*Cleaning effect. The huge specific surface area of smectite, about 1000 m2 per gram solid clay, provides a very large number of hydrogen bonds between organic debris and clay. Washing after treatment effectively cleans the skin*Gas tightness. A number of processes in epidermis generate gas. Coating by tight clay has a retarding effect on these processes and can affect healing by creating oxygen-free conditions. This may, for example, retard and cure acne. A condition for gas tightness is that the pasted clay does not totally desiccate and become fissured. This can be hindered by mixing montmorillonitic clay with palygorskite that serves as reinforcement and preserves microstructural cohesion*pH effects. Smectite gels have high pH (9 - 10) but adding chlorides can bring it down by several units by dissolving clay crystals causing loss of protons and uptake of available cations. This process takes place when there is sweat on the skin, which hence means that treatment of such skin with smectite gel or paste can both pick up organic debris and cause chemical neutrality. Air-dry powdered smectite mixed with palygorskite has a drying effect and transforms it from a powdered state to gel forms with time.

3. Conclusion

Smectite clay has a number of properties that can be used in dermatology and cosmetics. The most important ones are the cleaning effect by repeated treatment, the capacity to remove or bring in soluble cations and organic molecules in shallow and deep parts of the skin, and to provide an air-tight coating of wounds. The latter can be especially effective in treatment of acne by the potential to sorb positively charged bacteria and virus from the skin and to provide protection against invasion of such species.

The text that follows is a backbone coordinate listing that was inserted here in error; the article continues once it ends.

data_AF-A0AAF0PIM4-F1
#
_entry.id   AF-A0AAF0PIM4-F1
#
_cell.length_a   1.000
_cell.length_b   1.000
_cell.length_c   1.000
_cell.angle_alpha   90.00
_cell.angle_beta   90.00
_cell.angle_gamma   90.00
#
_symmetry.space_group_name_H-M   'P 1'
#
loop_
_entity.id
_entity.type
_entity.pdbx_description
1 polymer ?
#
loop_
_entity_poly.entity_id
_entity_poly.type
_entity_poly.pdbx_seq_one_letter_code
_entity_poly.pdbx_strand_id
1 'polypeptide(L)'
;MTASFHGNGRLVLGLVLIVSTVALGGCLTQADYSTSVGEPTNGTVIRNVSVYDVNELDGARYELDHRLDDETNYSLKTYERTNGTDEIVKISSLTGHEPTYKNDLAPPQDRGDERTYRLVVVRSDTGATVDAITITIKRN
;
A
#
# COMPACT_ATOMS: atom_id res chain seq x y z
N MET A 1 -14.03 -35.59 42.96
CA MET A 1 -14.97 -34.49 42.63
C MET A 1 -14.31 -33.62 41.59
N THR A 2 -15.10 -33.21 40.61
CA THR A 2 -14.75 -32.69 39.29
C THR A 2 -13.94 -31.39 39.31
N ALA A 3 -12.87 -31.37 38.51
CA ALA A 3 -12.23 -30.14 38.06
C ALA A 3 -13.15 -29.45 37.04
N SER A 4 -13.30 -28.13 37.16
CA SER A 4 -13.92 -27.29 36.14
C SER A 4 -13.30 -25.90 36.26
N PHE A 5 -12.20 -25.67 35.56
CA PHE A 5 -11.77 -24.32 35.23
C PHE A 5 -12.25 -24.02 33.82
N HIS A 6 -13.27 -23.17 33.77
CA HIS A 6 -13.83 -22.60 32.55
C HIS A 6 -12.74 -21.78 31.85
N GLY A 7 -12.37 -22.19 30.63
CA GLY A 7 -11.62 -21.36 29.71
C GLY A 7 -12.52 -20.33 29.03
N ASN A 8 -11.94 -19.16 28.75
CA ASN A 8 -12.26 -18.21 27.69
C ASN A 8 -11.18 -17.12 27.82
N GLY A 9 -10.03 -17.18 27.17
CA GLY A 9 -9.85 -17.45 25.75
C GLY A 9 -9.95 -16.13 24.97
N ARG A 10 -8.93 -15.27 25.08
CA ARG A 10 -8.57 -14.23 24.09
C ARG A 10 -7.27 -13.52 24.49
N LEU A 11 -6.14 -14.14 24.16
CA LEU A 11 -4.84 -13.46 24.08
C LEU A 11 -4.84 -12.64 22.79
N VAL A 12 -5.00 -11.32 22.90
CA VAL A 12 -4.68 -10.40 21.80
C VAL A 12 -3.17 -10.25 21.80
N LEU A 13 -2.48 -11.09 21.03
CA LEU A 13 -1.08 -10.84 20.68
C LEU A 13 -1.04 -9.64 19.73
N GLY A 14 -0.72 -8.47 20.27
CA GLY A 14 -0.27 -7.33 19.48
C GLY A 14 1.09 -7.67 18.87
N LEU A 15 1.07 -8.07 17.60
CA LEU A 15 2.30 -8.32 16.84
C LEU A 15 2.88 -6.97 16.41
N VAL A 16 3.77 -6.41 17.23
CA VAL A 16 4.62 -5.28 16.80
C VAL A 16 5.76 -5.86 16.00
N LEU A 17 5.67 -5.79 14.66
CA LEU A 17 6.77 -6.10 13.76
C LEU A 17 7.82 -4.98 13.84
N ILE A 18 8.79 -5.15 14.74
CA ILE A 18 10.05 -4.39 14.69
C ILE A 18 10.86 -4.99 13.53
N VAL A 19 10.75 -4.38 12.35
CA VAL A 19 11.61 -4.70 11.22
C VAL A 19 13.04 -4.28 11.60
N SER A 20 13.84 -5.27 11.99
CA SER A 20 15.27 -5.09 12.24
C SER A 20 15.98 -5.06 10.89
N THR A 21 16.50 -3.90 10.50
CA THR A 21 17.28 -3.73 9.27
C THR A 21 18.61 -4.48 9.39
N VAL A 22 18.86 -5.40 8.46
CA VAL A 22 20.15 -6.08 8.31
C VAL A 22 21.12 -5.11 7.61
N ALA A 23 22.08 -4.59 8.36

Conflicts of Interest

The authors declare no conflicts of interest.


[1] Jones, B.F. and Galan, E. (1988) Sepiolite and Palygorskite. Reviews in Mineralogy and Geochemistry, 19, 631-674.
[2] Arnold, D.E. (2005) Maya Blue and Palygorskite: A Second Possible Pre-Columbian Source. Ancient Mesoamerica, 16, 51-62. http://dx.doi.org/10.1017/S0956536105050078
[3] Pusch, R. and Yong, R.N. (2006) Microstructure of Smectite Clays and Engineering Performance. Taylor & Francis, London and New York.
[4] Pusch, R. (2008) Geological Storage of Radioactive Waste. Springer Verlag, Berlin and Heidelberg. http://dx.doi.org/10.1007/978-3-540-77333-7